7. “In each is the seed to replenish
    The world with the vigor it needs, –”
    To me, this is the gist of the poem – we all have the “seed” but we all don’t plant it.

  8. Thanks for sharing your perspectives. They are really good. My take on the poem is that it an affirmation of God’s sovereignty over our lives. The good may die young, the wicked may flourish, but God alone weighs the values of the lives lived. And ultimately, God will repay evil and reward obedience. I don’t know if Taylor was inspired by the Psalms—but they certainly inspire me. Here is another poem with much the same message:

    Psalm 94:1–14 (NIV84)
    1 O LORD, the God who avenges,
    O God who avenges, shine forth.
    2 Rise up, O Judge of the earth;
    pay back to the proud what they deserve.
    3 How long will the wicked, O LORD,
    how long will the wicked be jubilant?
    4 They pour out arrogant words;
    all the evildoers are full of boasting.
    5 They crush your people, O LORD;
    they oppress your inheritance.
    6 They slay the widow and the alien;
    they murder the fatherless.
    7 They say, “The LORD does not see;
    the God of Jacob pays no heed.”
    8 Take heed, you senseless ones among the people;
    you fools, when will you become wise?
    9 Does he who implanted the ear not hear?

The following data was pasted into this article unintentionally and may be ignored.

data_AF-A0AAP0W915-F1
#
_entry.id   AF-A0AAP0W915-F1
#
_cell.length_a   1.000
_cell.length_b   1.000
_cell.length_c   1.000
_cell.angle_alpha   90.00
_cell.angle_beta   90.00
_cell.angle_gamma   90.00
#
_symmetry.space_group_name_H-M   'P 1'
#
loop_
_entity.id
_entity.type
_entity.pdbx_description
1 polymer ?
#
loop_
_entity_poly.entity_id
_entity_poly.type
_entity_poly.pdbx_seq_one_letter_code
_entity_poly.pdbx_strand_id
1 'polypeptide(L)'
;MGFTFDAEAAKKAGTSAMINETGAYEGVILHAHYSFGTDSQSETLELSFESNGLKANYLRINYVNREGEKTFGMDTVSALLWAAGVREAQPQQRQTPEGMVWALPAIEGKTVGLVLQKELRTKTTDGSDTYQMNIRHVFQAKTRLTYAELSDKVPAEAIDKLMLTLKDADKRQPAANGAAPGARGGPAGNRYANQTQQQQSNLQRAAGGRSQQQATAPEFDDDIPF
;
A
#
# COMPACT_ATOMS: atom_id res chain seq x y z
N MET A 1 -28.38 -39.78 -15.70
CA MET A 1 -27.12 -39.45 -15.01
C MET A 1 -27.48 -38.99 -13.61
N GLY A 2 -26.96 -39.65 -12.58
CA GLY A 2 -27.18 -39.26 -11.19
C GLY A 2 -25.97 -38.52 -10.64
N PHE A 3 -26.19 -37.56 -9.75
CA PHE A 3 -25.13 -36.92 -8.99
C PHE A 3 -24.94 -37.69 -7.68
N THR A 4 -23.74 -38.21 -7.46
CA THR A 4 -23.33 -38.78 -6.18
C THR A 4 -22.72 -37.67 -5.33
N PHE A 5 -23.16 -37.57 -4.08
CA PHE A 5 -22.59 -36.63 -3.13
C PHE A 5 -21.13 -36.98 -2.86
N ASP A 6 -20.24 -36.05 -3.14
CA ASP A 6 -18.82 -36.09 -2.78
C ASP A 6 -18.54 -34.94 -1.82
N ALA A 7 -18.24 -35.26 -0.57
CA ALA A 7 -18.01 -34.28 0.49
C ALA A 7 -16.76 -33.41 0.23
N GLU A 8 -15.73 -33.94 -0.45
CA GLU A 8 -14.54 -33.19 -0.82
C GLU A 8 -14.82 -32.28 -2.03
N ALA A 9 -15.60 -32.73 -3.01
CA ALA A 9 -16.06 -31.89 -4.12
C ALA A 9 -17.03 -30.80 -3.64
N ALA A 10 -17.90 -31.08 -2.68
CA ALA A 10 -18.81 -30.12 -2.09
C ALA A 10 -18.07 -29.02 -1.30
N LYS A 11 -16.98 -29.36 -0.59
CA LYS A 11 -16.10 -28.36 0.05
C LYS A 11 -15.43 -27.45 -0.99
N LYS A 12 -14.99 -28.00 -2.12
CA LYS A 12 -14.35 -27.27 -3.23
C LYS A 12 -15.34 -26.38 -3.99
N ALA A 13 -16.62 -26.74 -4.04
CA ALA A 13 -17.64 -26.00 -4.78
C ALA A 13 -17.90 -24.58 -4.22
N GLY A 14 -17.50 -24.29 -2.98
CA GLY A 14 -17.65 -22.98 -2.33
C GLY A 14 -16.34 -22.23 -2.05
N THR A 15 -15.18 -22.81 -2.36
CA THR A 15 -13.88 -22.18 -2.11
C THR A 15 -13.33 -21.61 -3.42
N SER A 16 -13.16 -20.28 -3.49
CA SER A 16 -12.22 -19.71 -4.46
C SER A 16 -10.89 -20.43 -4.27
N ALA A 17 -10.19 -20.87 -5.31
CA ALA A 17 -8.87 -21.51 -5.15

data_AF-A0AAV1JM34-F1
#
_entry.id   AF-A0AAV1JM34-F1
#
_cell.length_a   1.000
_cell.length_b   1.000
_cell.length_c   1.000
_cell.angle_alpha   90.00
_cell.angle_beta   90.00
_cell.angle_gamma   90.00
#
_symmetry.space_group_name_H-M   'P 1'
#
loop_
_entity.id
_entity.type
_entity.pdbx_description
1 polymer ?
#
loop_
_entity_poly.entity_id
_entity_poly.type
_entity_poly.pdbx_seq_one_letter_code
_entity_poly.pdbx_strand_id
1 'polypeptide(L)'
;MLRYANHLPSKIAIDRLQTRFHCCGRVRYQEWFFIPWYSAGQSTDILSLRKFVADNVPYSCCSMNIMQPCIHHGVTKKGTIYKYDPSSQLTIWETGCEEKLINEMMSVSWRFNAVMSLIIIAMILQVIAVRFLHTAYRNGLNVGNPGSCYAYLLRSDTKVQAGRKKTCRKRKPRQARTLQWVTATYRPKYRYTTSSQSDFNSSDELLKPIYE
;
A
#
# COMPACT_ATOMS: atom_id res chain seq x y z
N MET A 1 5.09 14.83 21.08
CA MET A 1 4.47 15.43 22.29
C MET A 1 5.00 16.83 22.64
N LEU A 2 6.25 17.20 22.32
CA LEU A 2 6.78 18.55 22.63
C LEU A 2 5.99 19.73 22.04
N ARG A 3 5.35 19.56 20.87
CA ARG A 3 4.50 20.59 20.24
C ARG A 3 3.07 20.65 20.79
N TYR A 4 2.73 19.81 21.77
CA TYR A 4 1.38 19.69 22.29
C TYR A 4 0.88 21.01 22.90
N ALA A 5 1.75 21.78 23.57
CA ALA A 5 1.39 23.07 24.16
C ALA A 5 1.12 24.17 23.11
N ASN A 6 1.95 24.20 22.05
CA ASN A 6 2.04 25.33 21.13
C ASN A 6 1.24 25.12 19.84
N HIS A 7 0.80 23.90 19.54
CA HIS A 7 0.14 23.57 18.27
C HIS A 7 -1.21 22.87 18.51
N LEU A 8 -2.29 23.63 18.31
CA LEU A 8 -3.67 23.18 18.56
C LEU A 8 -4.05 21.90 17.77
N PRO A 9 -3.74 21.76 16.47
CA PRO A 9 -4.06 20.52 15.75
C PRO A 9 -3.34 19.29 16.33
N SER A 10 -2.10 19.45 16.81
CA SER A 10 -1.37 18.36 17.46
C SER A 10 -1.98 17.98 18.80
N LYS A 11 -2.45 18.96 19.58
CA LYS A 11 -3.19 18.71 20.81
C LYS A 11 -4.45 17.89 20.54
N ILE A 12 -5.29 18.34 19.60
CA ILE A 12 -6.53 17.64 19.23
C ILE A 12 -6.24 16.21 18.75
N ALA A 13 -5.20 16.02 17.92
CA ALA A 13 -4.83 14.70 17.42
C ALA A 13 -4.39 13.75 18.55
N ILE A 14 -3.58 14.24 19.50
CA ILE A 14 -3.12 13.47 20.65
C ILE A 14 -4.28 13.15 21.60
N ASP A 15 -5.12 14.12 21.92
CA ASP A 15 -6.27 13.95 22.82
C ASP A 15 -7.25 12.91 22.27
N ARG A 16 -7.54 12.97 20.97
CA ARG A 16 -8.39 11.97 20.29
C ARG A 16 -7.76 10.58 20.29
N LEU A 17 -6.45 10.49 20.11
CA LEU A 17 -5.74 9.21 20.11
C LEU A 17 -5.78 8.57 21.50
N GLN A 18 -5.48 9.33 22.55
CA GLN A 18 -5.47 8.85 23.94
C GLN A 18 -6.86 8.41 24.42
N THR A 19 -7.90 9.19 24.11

Does he who formed the eye not see?
    10 Does he who disciplines nations not punish?
    Does he who teaches man lack knowledge?
    11 The LORD knows the thoughts of man;
    he knows that they are futile.
    12 Blessed is the man you discipline, O LORD,
    the man you teach from your law;
    13 you grant him relief from days of trouble,
    till a pit is dug for the wicked.
    14 For the LORD will not reject his people;
    he will never forsake his inheritance.

    • We have watched over the years (both in the military and the business world) people receiving favor and promotions that were undeserved, achieved through unethical means or at the expense of another. the thing is, these are the ones who are what they do or are what they have. This is extremely difficult for people, especially men, who are near or at the retirement time. If they have become what they did, they no longer know who they are. finding our and holding on to who we are IN HIM is the only real measure of success (in my humble opinion!)

  9. Very good Eugene. BTW, the opening line of my comment was designed to grab attention. I don’t think the poem is a lie. God ultimately judges us by who we are…not what we do. This has been a fun blog.

  10. This reminds me of Solomons desperate words in Ecclesiastes. Theres no “solution” for the impending inevitable problem of death for the righteous and unrighteous, poor/wealthy, etc. I think the poet is suggesting there is hope in wisdom, but the definition of this wisdom is immeasurable… I think the poet is trying to grasp the certainty of unseen absolutes.